The Food and Drug Administration approved Tofersen, an investigational drug developed by Biogen and Ionis Pharmaceuticals, to treat a rare genetic form of amyotrophic lateral sclerosis (ALS) Tuesday afternoon.
The FDA approved Tofersen to treat SOD1-mutation-mediated ALS based on a reduction in plasma neurofilament light, a blood-based biomarker of nerve injury and neurodegeneration. SOD1-mutation-mediated ALS affects approximately 330 people in the U.S. and is considered “uniformly fatal” by the National Institutes of Health.
The drug is administered via spinal injection with a recommended dosage of 100 mg. Patients receive three initial doses administered at 14-day intervals followed by a maintenance dose every 28 days.
The FDA’s decision came just over a month after an advisory committee issued a mixed vote on Tofersen.
In a press statement released after the approval was announced, Biogen celebrated the FDA’s decision and reflected on the company’s “steadfast” commitment to pursuing treatments for the neurodegenerative disease.
“Today also marks a pivotal moment in ALS research as we gained, for the first time, consensus that neurofilament can be used as a surrogate marker reasonably likely to predict clinical benefit in SOD1-ALS,” Biogen CEO Christopher A. Viehbacher said in a statement. “We believe this important scientific advancement will further accelerate innovative drug development for ALS.”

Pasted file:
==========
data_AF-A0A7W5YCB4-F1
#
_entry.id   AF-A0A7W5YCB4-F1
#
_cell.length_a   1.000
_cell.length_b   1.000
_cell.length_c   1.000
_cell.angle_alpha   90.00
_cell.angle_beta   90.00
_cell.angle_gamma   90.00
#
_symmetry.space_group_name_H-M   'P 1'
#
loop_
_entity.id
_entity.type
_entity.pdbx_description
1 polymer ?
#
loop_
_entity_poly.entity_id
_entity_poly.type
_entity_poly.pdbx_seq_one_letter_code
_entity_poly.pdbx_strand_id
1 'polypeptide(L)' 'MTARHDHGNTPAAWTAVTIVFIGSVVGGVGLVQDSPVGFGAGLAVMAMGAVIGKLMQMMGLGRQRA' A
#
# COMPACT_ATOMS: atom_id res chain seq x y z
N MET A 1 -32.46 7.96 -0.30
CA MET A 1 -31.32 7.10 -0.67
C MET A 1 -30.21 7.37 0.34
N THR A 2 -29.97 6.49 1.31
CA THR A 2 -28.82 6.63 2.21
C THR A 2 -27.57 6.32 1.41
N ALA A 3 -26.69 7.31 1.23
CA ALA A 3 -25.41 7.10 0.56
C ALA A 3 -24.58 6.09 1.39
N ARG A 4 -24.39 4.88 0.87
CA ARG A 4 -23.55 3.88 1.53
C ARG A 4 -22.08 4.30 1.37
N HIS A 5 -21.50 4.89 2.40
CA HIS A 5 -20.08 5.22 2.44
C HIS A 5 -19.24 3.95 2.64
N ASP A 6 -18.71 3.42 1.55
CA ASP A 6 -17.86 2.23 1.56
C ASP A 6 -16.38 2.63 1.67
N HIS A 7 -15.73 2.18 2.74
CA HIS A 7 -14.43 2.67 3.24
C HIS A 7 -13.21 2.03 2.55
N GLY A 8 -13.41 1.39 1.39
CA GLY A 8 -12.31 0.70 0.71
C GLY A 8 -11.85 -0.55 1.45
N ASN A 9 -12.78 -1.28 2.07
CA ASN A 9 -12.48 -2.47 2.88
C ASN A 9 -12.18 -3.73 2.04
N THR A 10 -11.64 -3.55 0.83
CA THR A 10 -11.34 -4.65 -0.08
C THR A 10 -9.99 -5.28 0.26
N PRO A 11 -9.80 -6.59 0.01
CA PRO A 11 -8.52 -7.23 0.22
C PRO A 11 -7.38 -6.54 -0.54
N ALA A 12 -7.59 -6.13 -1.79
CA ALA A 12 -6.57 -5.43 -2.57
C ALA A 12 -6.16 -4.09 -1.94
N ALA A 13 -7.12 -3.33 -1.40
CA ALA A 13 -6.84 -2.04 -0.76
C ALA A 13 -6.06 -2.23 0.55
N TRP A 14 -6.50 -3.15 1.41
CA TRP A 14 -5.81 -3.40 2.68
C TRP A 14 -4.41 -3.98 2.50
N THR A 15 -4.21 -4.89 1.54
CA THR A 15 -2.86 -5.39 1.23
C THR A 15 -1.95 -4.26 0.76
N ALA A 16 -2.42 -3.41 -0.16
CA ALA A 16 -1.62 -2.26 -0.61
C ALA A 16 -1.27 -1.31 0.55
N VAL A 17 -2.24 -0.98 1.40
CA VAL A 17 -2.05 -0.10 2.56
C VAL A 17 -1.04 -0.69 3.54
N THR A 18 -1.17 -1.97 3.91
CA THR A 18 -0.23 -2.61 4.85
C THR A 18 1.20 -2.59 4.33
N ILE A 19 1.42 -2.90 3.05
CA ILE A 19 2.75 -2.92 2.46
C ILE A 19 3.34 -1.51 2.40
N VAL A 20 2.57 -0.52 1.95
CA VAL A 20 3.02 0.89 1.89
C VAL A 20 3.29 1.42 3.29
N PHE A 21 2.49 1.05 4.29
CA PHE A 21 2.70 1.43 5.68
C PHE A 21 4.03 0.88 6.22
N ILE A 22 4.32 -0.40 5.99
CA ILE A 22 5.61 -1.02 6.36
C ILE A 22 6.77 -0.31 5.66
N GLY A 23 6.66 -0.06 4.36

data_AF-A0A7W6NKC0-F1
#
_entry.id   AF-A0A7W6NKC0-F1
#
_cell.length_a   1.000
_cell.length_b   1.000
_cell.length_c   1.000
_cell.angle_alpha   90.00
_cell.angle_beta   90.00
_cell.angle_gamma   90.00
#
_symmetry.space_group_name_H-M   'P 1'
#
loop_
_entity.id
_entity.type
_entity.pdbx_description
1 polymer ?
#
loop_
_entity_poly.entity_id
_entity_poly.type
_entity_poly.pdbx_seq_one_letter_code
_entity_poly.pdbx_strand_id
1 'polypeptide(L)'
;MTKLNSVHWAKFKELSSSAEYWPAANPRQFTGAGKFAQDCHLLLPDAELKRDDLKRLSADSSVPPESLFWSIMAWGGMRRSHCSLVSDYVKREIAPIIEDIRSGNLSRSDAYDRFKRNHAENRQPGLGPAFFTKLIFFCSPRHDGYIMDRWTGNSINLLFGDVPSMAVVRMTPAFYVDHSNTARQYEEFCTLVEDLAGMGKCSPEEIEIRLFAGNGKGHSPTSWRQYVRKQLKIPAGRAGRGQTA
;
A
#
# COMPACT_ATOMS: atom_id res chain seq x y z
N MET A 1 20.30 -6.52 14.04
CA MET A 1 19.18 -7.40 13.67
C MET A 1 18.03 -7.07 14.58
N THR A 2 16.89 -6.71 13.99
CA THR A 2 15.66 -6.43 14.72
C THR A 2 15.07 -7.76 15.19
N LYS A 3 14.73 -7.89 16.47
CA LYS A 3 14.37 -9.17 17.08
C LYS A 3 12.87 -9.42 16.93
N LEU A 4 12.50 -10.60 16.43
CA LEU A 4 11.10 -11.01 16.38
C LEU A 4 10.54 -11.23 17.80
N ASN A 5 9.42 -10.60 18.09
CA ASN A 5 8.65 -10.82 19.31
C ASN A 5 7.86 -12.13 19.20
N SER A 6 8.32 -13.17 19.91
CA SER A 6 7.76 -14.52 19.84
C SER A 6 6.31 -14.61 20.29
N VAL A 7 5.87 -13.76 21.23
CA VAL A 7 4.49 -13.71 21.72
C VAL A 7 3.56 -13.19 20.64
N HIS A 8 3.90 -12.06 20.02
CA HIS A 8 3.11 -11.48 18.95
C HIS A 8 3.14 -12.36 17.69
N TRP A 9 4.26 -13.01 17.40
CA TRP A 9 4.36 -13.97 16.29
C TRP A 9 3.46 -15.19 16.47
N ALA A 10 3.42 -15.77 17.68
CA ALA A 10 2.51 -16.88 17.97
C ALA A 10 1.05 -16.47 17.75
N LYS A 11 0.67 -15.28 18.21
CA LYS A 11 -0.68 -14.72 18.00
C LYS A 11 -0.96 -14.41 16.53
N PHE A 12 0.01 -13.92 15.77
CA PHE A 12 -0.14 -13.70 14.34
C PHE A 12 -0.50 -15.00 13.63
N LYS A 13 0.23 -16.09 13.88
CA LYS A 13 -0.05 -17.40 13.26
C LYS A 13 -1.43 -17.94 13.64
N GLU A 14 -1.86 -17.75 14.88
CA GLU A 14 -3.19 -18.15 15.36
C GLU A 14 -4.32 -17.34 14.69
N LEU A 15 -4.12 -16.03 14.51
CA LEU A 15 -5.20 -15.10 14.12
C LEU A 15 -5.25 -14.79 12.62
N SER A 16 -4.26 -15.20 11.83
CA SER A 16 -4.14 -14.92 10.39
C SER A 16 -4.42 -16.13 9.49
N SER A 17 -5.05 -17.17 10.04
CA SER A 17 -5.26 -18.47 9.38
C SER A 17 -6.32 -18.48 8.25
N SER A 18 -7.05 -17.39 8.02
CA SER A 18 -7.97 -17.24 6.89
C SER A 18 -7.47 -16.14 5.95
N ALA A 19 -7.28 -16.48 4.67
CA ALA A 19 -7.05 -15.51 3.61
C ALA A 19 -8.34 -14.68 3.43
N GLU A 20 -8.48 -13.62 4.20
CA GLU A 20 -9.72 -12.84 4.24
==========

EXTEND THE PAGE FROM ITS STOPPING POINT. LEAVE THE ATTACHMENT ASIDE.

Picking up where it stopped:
The approval was also handed down the same day Biogen released its Q1 earnings report.
“Today’s approval of QALSODY represents a scientific advancement for the ALS community. We thank the people with SOD1-ALS whose participation in the clinical studies made this day possible,” said Ionis CEO Brett Monia, PhD, in a statement. We are proud of the Ionis scientists whose dedication made the discovery of this medicine possible, and we are appreciative of our partners at Biogen for their ongoing commitment to ALS.”
Tofersen’s success has prompted hope that other treatments for ALS and specifically SOD1 mutations, could gain momentum going forward. Last year, medical communications legend Lisa Stockman-Mauriello passed away after battling SOD1. She was a longtime advocate for expanded use of Tofersen and future clinical trials to include a parallel-expanded access program.
The regulatory greenlight also sparked widespread praise from the ALS community, which had been eyeing approval of the drug for months.
The ALS Association heralded another victory for the patient community, with Tofersen marking the second approved treatment for ALS in less than a year and the third since 2017.
“The FDA’s decision marks a significant step in our effort to make ALS livable for everyone, everywhere, until we can cure it,” said Calaneet Balas, CEO of The ALS Association, in a statement. “This is the second time in less than a year our community gets to celebrate the approval of a new drug to treat ALS and we have great hope for the future of antisense technology.”
Additionally, the ALS Therapy Development Institute said the decision “inspires hope” for people living with SOD1-mutation-mediated ALS.
“This approval is a culmination of decades of research on genetic drivers, preclinical development, biomarker identification, & people with ALS participating in clinical trials,” the organization tweeted.
Paul Wicks, PhD, a neuropsychologist and independent consultant investigating ALS, said he had spent 20 years hunting down SOD1-mutation-mediated ALS and added “it is a good day.”
This story has been updated to include commentary from Ionis Pharmaceuticals.